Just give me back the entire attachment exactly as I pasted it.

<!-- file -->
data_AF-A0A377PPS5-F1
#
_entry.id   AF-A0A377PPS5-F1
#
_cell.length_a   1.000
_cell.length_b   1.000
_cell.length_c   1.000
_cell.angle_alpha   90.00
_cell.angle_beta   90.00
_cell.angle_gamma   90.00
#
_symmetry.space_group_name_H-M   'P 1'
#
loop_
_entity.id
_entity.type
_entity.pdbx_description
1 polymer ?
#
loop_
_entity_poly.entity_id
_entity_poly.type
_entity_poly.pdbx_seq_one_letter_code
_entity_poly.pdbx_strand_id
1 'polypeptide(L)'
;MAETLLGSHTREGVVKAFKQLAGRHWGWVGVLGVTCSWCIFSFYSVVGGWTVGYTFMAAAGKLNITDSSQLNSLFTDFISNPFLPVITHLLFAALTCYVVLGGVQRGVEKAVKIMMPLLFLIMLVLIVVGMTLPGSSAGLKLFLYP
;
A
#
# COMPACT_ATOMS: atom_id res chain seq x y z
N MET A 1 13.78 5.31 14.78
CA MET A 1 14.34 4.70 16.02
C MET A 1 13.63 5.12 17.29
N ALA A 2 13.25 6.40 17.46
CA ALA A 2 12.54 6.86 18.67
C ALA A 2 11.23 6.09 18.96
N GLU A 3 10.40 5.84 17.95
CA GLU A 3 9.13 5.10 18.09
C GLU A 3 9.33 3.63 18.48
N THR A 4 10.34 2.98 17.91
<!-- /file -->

data_AF-A0A377PPS5-F1
#
_entry.id   AF-A0A377PPS5-F1
#
_cell.length_a   1.000
_cell.length_b   1.000
_cell.length_c   1.000
_cell.angle_alpha   90.00
_cell.angle_beta   90.00
_cell.angle_gamma   90.00
#
_symmetry.space_group_name_H-M   'P 1'
#
loop_
_entity.id
_entity.type
_entity.pdbx_description
1 polymer ?
#
loop_
_entity_poly.entity_id
_entity_poly.type
_entity_poly.pdbx_seq_one_letter_code
_entity_poly.pdbx_strand_id
1 'polypeptide(L)'
;MAETLLGSHTREGVVKAFKQLAGRHWGWVGVLGVTCSWCIFSFYSVVGGWTVGYTFMAAAGKLNITDSSQLNSLFTDFISNPFLPVITHLLFAALTCYVVLGGVQRGVEKAVKIMMPLLFLIMLVLIVVGMTLPGSSAGLKLFLYP
;
A
#
# COMPACT_ATOMS: atom_id res chain seq x y z
N MET A 1 13.78 5.31 14.78
CA MET A 1 14.34 4.70 16.02
C MET A 1 13.63 5.12 17.29
N ALA A 2 13.25 6.40 17.46
CA ALA A 2 12.54 6.86 18.67
C ALA A 2 11.23 6.09 18.96
N GLU A 3 10.40 5.84 17.95
CA GLU A 3 9.13 5.10 18.09
C GLU A 3 9.33 3.63 18.48
N THR A 4 10.34 2.98 17.91